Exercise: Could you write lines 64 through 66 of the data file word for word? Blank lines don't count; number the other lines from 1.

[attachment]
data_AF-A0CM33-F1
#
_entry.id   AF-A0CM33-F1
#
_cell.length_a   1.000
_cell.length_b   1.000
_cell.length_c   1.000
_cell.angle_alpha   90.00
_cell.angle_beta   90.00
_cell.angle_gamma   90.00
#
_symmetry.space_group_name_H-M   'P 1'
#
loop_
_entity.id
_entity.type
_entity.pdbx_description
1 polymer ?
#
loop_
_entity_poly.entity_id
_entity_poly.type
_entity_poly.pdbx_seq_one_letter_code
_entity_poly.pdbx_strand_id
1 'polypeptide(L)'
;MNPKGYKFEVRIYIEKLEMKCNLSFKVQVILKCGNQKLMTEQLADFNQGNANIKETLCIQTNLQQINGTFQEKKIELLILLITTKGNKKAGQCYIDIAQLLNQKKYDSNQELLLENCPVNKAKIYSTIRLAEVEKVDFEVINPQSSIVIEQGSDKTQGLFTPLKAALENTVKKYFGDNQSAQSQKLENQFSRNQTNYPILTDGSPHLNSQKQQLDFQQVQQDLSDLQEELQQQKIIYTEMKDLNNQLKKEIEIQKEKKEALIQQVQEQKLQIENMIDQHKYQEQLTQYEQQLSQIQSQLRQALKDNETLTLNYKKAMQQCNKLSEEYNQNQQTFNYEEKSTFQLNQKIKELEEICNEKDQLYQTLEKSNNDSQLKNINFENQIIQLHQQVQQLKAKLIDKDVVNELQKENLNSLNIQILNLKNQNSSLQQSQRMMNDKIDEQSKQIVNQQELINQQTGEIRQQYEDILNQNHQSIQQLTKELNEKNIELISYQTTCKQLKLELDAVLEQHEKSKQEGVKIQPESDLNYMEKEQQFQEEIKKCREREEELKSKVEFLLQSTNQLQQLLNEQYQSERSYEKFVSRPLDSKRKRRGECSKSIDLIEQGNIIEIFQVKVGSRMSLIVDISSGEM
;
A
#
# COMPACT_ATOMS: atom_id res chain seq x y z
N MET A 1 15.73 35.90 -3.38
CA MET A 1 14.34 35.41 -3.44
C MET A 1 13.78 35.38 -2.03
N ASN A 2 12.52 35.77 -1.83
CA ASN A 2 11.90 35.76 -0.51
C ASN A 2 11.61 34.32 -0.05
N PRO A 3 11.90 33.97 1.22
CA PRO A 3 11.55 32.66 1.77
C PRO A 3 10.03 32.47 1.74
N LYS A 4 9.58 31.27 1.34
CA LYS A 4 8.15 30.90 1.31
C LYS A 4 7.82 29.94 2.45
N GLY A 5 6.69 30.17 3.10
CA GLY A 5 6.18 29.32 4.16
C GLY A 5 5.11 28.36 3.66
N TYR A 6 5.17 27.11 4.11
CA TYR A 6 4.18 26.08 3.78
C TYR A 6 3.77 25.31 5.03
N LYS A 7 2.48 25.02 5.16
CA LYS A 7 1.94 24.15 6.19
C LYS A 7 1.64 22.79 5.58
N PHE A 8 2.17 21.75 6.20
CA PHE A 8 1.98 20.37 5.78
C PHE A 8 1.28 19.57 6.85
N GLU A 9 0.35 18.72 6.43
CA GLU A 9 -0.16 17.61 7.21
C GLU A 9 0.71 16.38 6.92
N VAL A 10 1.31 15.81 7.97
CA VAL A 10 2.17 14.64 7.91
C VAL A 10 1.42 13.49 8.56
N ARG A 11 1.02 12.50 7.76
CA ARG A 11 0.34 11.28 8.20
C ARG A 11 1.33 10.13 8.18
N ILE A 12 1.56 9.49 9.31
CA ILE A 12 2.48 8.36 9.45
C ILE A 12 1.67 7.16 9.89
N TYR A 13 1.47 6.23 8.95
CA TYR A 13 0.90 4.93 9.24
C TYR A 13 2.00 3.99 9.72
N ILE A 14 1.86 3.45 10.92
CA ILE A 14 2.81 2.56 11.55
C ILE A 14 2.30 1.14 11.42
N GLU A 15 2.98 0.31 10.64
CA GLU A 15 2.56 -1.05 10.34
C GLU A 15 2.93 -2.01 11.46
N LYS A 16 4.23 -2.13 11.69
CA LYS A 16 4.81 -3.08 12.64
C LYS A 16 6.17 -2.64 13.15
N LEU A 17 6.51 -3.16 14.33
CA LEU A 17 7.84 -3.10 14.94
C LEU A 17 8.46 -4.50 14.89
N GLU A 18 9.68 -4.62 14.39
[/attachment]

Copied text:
N ILE A 12 1.56 9.49 9.31
CA ILE A 12 2.48 8.36 9.45
C ILE A 12 1.67 7.16 9.89